Paper money was used as a means to pay soldiers and officers during the American Revolution but merchants and farmers did not always trust such money to hold value during the war. Silver, gold, and copper coins were always accepted for payment but there were few to be found. By the time of the winter encampment of 1779-1780 in Morristown, NJ it took 60 to 70 pieces of paper currency to equal one silver coin.
After the war, in 1786 and 1787, Walter Mould minted horse head copper coins in Morristown that were authorized by the New Jersey General Assembly. After the war the United States owed debts both foreign and domestic to people and countries that helped the cause of independence. Under George Washington’s presidency, these debts would be addressed.
Alexander Hamilton, Secretary of the Treasury, Thomas Jefferson, Secretary of State, and James Madison worked together to pass Hamilton’s “Assumption of Debts” proposal in Congress. They agreed the federal government would assume the debts of the states, created during the War, in exchange for the capitol of the United States moving to Virginia.
In 1792 Congress passed a bill to set up the first United States Mint, which would be in Philadelphia Pennsylvania. This would provide the nation’s first coins.
To honor the National Park Service depictions of National Parks and other National sites are currently appearing on US quarters. In 2016, which will be the 100th anniversary of the National Park Service, the US Mint will honor the National Park Service with commemorative coins featuring a half dollar, silver dollar, and five dollar gold pieces.
Bringing the War of Independence to Life
Recent special exhibits include "Bringing the War of Independence to Life: 19th Century Illustrations of the American Revolution." The exhibit celebrated 350th Anniversary at the park’s Washington’s Headquarters Museum, 30 Washington Place, Morristown, New Jersey.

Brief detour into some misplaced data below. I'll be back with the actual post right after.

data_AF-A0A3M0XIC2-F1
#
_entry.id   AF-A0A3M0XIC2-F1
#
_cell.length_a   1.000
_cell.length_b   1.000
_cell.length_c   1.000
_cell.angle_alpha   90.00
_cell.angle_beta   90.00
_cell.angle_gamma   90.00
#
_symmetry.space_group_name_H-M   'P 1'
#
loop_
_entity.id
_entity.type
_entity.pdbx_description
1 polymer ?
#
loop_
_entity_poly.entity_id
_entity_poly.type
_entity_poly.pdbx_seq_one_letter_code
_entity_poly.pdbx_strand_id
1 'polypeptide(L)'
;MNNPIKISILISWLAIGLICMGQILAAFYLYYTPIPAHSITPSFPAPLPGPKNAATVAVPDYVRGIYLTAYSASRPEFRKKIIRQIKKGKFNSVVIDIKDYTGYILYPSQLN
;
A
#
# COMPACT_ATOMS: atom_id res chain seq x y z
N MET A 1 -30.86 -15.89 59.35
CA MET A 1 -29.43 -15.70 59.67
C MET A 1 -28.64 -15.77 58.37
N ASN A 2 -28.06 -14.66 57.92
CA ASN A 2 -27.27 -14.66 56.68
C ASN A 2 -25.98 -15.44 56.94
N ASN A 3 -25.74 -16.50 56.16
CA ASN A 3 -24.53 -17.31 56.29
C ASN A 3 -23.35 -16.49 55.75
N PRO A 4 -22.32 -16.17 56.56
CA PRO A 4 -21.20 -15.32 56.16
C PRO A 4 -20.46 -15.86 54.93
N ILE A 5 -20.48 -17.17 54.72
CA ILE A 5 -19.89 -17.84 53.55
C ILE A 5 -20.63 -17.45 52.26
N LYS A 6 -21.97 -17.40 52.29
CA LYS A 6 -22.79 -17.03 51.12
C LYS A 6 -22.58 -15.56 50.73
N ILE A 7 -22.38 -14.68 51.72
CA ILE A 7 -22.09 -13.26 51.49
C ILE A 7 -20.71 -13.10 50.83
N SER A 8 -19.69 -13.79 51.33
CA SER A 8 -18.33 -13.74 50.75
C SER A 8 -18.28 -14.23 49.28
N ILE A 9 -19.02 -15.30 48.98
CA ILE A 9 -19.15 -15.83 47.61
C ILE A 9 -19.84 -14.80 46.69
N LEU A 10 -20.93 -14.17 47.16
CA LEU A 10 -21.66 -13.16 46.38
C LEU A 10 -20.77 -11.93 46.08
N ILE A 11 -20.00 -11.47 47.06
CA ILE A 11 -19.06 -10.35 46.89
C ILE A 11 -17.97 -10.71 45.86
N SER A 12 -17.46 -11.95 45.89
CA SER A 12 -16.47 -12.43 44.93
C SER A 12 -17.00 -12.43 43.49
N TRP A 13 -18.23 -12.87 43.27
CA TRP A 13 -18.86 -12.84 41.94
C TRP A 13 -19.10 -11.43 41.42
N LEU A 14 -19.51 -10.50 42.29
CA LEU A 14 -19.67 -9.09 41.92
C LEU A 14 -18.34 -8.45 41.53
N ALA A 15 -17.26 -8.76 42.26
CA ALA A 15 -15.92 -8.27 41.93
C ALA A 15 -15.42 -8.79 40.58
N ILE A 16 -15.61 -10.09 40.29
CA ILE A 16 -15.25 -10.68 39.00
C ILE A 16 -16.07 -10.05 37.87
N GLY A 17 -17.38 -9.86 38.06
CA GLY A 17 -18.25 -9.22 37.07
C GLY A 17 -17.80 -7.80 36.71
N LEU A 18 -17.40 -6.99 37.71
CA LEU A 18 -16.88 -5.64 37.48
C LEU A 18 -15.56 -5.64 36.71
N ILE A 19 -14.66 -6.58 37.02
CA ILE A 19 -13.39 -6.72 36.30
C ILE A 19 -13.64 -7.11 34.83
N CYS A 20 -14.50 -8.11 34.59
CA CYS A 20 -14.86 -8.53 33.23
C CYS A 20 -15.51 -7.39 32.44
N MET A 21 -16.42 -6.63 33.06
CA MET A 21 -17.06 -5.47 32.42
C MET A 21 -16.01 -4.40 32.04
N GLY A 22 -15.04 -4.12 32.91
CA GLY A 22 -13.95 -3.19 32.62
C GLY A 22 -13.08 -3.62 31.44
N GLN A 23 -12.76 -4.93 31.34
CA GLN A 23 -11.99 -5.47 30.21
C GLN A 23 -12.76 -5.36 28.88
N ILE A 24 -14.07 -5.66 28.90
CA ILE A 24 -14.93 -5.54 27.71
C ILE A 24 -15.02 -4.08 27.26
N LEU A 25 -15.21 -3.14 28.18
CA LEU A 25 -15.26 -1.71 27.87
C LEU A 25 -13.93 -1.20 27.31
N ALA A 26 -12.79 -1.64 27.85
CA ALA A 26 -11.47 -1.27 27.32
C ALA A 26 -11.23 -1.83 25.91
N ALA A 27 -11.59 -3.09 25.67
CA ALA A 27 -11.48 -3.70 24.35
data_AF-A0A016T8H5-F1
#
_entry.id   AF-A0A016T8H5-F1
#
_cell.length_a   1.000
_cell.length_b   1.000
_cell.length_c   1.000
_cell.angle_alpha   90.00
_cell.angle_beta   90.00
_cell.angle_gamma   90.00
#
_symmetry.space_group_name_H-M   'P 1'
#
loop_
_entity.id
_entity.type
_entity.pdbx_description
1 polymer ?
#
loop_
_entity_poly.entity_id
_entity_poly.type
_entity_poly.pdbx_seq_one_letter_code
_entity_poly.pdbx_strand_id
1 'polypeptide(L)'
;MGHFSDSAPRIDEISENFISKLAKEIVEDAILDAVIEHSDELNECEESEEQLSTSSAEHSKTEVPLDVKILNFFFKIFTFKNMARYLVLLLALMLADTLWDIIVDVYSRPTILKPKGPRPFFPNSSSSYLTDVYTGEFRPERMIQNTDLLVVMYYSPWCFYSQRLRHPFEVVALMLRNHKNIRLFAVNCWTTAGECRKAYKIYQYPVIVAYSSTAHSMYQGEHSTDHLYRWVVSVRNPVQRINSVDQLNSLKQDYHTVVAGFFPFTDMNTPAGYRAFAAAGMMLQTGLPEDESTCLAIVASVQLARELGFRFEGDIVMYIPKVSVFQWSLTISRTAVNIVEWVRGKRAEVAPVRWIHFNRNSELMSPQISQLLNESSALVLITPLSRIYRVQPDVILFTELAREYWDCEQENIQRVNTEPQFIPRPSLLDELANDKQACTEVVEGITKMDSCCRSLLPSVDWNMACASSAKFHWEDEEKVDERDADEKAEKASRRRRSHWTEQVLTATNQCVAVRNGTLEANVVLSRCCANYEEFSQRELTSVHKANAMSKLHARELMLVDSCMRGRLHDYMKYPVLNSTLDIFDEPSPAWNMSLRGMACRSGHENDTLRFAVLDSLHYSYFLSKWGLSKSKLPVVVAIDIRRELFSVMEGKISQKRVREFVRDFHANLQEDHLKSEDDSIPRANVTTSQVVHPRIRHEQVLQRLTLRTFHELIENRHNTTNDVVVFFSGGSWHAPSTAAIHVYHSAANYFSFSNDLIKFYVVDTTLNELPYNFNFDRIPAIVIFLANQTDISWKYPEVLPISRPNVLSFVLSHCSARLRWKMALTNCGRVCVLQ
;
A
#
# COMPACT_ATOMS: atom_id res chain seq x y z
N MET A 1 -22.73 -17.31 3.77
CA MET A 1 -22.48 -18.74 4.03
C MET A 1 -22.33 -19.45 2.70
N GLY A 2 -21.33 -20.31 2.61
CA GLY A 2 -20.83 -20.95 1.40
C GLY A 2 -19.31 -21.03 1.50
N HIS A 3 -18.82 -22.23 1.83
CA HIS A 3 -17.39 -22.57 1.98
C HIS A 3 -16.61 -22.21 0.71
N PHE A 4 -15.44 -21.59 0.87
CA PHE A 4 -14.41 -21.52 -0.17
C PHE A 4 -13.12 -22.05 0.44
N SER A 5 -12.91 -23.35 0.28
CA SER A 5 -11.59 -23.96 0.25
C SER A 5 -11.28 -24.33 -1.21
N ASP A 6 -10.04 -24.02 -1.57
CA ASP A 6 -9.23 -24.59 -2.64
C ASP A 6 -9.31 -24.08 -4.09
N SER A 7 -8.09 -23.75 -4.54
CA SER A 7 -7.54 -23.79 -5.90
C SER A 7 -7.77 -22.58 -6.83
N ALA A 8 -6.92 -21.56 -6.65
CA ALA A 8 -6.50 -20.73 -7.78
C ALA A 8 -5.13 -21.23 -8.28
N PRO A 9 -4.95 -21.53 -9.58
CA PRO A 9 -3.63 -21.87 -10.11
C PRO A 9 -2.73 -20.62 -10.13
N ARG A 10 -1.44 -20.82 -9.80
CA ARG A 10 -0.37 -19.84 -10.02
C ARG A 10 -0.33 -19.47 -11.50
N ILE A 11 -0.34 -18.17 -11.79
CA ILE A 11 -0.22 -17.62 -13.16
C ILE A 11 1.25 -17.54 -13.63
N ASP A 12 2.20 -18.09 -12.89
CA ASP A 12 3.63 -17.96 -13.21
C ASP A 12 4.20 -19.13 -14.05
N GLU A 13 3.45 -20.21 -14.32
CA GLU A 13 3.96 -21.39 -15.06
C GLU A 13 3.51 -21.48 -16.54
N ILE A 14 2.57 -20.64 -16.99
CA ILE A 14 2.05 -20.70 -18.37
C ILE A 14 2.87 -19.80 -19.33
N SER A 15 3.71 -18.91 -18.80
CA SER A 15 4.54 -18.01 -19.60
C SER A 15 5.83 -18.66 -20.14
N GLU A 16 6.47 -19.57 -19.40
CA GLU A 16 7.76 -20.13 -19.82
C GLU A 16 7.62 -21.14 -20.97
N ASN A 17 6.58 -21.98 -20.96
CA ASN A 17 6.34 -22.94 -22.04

Bringing the War of Independence to Life is the result of a partnership with the Schuylkill River Heritage Area and the Crossroads of the American Revolution National Heritage Area, as well as Valley Forge National Historical Park. The show features 42 illustrations of the Revolutionary War by 16 different artists whose work originally appeared in 19th-century publications. All of the works are culled from the personal collection of Schuylkill River Heritage Area Executive Director Kurt Zwikl.
“We are pleased to be able to tell the story of the war through these fascinating illustrations, and through a partnership that allows us to emphasize the Revolutionary War connections between two national parks in Valley Forge and Morristown, and between two National Heritage Areas: the Schuylkill River Heritage Area and Crossroads of the American Revolution,” said Zwikl.
An opening reception for the exhibit was held in the Washington’s Headquarters Museum on Thursday, July 3, 2014. The exhibition booklet was offered for sale at the reception and Kurt Zwikl signed copies for guests.
"Bringing the War of Independence to Life" was at Valley Forge from February to April 2014. Partnering between two national parks and two National Heritage Areas enabled the exhibit to reach a wider audience. It also provided a means to tell the broader story of the American Revolution throughout the region and the State of New Jersey.
The exhibition and New Jersey’s 350th anniversary are being celebrated in conjunction with Morris County, New Jersey’s July 4th festivities, Revolutionary Times.